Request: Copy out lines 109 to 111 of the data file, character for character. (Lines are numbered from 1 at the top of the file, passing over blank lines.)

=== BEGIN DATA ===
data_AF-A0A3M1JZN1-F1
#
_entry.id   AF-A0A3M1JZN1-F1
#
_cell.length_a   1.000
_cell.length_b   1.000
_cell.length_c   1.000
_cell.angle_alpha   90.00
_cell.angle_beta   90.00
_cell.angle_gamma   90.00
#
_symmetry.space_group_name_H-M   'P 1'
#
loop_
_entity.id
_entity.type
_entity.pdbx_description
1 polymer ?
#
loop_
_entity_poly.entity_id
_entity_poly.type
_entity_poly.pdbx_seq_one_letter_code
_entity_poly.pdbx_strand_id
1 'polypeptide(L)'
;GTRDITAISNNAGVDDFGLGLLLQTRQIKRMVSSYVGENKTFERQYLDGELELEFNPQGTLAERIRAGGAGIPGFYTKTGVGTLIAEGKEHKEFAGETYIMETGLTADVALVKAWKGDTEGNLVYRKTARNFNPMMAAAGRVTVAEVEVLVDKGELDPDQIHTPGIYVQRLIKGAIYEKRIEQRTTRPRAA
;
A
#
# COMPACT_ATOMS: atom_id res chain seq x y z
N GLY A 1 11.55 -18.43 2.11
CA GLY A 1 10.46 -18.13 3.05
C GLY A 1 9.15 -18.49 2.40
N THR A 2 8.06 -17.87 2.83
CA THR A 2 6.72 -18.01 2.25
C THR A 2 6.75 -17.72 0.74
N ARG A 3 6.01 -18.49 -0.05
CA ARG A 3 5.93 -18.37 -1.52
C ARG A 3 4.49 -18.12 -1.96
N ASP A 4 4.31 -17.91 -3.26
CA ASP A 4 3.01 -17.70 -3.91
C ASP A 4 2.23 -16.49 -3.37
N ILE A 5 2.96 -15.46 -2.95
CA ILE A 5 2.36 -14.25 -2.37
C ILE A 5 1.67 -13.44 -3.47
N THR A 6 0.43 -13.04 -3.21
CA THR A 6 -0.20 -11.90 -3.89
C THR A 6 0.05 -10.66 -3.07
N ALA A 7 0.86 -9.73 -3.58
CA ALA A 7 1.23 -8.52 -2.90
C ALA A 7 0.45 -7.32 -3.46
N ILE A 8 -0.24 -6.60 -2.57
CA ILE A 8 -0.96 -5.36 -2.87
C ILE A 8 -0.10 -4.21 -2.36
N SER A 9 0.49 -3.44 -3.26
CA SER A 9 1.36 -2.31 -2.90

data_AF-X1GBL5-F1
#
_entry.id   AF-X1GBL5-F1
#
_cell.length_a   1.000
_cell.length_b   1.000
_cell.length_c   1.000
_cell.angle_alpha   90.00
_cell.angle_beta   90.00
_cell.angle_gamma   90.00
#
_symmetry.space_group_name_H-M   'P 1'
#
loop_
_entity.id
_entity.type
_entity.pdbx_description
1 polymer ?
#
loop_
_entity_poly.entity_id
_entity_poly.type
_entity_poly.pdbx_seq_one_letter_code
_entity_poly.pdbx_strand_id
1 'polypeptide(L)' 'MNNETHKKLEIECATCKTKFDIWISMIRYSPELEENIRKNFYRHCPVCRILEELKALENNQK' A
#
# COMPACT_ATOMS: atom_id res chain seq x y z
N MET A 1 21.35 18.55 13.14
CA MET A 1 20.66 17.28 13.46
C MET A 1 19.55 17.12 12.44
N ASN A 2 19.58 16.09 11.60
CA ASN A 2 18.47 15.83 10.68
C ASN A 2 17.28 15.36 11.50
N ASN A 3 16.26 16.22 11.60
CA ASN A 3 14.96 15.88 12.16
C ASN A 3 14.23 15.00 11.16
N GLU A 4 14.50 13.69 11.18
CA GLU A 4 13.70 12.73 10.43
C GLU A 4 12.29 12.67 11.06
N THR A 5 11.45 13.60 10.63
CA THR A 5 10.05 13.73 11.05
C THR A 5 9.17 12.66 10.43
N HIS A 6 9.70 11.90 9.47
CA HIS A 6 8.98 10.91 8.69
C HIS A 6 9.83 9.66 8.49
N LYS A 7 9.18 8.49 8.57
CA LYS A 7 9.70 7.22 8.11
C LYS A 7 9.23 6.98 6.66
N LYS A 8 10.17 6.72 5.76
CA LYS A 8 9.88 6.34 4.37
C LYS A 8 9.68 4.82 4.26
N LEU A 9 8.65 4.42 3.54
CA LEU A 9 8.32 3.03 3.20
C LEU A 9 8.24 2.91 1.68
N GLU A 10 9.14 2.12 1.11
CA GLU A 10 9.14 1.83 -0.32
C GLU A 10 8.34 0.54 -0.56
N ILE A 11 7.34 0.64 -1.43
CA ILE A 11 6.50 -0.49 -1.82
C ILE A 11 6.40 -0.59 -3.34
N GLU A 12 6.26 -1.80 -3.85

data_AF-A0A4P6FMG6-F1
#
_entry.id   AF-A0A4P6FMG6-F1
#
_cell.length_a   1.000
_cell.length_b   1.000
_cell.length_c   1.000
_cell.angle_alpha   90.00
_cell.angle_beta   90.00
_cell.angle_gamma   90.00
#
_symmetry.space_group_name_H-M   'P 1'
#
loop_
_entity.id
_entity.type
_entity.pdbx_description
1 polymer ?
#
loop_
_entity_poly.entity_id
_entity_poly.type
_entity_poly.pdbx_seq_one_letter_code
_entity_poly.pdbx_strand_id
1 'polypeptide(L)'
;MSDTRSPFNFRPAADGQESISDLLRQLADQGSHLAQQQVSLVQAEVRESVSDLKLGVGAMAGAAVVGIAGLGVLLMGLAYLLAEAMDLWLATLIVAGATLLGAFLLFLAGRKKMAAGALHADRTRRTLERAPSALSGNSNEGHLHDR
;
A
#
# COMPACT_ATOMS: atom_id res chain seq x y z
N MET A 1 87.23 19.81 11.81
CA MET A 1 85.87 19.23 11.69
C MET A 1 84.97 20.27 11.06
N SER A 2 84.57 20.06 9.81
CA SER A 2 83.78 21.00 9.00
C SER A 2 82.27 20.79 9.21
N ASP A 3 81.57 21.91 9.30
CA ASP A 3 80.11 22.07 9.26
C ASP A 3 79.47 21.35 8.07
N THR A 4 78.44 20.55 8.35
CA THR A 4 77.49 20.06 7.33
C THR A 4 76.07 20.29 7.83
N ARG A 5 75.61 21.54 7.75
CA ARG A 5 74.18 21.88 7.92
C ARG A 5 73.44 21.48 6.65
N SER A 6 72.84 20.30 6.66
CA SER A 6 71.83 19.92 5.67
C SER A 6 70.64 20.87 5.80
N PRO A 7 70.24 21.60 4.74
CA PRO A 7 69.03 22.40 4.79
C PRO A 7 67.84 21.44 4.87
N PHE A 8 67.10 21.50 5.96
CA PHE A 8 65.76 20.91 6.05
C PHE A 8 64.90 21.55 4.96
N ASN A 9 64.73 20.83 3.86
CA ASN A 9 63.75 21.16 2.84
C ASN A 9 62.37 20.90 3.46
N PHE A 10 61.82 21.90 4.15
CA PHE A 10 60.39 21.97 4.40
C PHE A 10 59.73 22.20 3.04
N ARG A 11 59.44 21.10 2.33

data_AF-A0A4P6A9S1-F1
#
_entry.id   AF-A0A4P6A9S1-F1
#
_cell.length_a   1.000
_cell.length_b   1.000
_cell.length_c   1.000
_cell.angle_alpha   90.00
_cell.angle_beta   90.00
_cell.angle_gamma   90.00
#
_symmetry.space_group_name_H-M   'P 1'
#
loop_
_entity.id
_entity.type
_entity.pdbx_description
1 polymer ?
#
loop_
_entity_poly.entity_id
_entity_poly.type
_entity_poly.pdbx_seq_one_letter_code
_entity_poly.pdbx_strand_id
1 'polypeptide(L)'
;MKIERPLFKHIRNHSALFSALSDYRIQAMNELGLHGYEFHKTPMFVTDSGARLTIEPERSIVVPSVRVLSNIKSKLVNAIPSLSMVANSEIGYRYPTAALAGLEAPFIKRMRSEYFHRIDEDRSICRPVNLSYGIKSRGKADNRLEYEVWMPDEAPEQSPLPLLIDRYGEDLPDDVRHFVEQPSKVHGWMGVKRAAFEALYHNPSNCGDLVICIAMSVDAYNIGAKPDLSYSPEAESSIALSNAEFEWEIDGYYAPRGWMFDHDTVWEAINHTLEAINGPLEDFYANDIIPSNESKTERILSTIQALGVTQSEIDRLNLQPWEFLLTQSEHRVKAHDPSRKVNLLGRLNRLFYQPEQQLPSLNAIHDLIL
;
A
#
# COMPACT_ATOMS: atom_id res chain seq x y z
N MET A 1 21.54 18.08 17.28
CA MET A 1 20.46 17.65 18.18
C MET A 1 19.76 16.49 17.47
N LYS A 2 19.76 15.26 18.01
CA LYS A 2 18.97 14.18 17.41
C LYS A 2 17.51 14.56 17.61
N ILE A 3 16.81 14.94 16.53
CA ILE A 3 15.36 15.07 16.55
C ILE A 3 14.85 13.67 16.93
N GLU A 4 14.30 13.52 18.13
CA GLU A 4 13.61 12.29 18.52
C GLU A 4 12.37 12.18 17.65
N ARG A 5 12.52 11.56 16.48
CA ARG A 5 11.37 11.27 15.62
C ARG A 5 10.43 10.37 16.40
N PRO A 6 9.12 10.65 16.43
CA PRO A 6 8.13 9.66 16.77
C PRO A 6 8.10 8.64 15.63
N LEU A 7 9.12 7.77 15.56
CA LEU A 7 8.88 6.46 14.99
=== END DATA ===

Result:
CA LEU A 9 8.32 3.03 3.20
C LEU A 9 8.24 2.91 1.68
N GLU A 10 9.14 2.12 1.11